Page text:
Sudan anti-coup group meets with generals for first time

CAIRO -- Sudan's most prominent pro-democracy organization met with the country’s generals for a first time since the military coup last year, the U.

Sudan anti-coup group meets with generals for first time

CAIRO -- Sudan's most prominent pro-democracy organization met with the country’s generals for a first time since the military coup last year, the U.S Embassy reported Friday. This could be a significant breakthrough in efforts to get the East African nation on the right track towards democratic transition.

Late Thursday, Khartoum was host to the meeting. It saw representatives of the ruling military council and the Forces for the Declaration of Freedom and Change, an alliance of protest groups and political parties.

According to the statement, talks were focused on the resolution of the political impasse. They were mediated by the U.S. Embassy in Sudan and the Saudi Embassy.

The same pro-democracy group that took control of the military in October has refused to meet with them at the negotiating table. They insist on first transferring power to a civilian government, returning to the barracks and ending violence against protesters.

According to a FDFC statement, the pro-democratic alliance claimed that it was invited by U.S. Assistant Secretary Mary Catherine Phee as well as Saudi Ambassador Ali bin Hassan Jaafar for a meeting with the generals.

"We are keen for two of the most powerful countries in the region to remain supportive of Sudanese people, and the pro-democracy force," stated an alliance statement. It was referring to Saudi Arabian and American.

The meeting was held at the Khartoum residence for the Saudi ambassador. It was attended by four alliance leaders and three top military generals including Gen. Mohamed Hamdan Dagalo (deputy head of Sudan's ruling Sovereign Council), Lt. General Shams el–Din Kabashin, and Lt.Gen. Ibrahim Gaber.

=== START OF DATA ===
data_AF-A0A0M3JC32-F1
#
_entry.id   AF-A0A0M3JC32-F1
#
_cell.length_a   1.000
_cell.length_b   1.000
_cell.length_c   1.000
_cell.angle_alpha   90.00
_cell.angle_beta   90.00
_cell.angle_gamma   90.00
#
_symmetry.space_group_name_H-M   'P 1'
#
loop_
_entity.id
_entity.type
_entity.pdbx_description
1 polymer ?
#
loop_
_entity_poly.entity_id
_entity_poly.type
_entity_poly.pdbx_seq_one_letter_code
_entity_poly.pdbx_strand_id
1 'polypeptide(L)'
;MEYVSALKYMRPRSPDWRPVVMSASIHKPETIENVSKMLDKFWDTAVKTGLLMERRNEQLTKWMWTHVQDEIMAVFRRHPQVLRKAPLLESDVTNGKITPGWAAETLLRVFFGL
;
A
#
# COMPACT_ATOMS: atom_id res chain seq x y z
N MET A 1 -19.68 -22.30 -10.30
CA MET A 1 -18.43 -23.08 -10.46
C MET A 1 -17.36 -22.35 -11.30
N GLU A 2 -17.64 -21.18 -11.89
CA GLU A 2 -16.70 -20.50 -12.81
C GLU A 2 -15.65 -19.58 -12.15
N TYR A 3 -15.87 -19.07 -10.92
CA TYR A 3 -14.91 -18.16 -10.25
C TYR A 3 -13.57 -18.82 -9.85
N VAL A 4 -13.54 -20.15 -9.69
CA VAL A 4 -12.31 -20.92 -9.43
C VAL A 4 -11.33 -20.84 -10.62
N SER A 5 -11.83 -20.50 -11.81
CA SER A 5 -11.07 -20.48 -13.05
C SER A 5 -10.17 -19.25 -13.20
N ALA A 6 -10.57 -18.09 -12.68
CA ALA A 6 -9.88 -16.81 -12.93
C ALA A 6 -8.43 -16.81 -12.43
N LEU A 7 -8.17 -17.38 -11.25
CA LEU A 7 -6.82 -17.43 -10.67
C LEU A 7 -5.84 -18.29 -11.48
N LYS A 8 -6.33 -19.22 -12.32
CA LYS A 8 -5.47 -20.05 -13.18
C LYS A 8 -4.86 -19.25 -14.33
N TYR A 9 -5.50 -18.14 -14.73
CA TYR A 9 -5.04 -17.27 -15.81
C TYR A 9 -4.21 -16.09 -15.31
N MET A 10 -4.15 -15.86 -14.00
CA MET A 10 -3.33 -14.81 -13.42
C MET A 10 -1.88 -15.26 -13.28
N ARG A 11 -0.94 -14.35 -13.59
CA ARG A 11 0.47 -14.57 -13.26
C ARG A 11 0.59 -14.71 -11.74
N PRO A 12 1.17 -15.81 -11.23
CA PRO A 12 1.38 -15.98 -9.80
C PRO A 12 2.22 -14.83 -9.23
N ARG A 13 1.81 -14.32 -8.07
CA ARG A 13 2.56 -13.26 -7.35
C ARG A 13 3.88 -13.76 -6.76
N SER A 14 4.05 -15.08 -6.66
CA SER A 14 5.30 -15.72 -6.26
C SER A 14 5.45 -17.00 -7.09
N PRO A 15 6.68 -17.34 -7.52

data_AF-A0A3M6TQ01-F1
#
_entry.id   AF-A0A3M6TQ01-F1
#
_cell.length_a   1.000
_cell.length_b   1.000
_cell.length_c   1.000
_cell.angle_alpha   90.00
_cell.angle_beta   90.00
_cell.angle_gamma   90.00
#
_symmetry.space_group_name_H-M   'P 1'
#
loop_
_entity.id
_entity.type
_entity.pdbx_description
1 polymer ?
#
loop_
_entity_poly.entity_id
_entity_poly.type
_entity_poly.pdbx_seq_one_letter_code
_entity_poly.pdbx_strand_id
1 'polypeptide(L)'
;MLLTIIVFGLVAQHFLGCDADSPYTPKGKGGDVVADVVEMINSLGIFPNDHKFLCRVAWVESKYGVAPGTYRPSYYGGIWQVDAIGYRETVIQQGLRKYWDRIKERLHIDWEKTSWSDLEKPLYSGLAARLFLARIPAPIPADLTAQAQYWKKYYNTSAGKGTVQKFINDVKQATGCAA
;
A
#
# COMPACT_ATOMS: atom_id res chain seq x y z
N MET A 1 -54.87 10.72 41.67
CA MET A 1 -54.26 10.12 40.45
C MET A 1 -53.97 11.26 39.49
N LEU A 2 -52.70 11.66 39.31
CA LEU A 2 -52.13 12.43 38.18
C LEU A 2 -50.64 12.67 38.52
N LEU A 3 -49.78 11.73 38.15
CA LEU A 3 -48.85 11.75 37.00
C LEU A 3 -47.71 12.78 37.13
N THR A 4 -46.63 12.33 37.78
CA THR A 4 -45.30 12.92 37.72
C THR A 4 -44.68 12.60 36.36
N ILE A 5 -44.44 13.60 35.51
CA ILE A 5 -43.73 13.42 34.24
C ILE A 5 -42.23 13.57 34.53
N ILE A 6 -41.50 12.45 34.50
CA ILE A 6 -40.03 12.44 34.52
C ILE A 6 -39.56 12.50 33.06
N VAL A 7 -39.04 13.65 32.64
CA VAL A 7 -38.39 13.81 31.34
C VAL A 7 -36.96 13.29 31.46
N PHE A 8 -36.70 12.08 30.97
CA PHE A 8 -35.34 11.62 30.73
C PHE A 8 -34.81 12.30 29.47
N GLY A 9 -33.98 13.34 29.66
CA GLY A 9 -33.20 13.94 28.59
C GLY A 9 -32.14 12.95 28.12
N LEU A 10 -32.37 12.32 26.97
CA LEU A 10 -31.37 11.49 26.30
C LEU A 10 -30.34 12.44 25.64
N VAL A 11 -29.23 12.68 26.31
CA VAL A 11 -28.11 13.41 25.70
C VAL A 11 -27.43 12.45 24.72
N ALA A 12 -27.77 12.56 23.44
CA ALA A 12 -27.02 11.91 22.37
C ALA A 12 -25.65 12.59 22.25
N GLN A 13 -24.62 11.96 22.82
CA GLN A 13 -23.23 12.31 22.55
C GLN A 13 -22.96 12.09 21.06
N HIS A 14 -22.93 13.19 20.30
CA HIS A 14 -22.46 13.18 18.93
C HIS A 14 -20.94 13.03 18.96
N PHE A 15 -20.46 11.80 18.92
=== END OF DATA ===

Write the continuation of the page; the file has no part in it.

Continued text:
"The other party admitted that there is a crisis in politics and they are ready to solve it," stated Taha Othman (pro-democracy leader), who spoke out to refer to the military.

Othman added, "They affirmed that it was their sincere will to end this coup."

According to the group, it agreed to create a roadmap with other civil groups. This would include steps to reverse the coup. At a press conference on Friday, leaders of the alliance said that this blueprint would be given to the international community.

The military has not yet commented.

The Forces for the Declaration of Freedom and Change previously boycotted the military-civilian discussions that began earlier this week under the auspices of the U.N., the African Union and the eight-nation East African regional Intergovernmental Authority in Development group. It had criticised the participation of pro-military and Islamist groups that had been allied to the long-serving dictator Omar al-Bashir.

After nearly three decades of oppression and isolation, a popular uprising forced the military to expel al-Bashir in April 2019. The military and pro-democracy organizations eventually signed a power-sharing deal that established a joint military-civilian government to govern until general elections. The military takeover of Oct. 25 proved to be a major blow to democratic transition in the country and plunged it into chaos.

"We didn't go to these talks in order to establish a new partnership. Yasir Aman, a member of the pro-democracy alliance, said that they went to end any partnership.

He said, "We believe that this is an opportunity for us to end the coup" and assure a safe exit for both military personnel and civilians towards democracy and justice.

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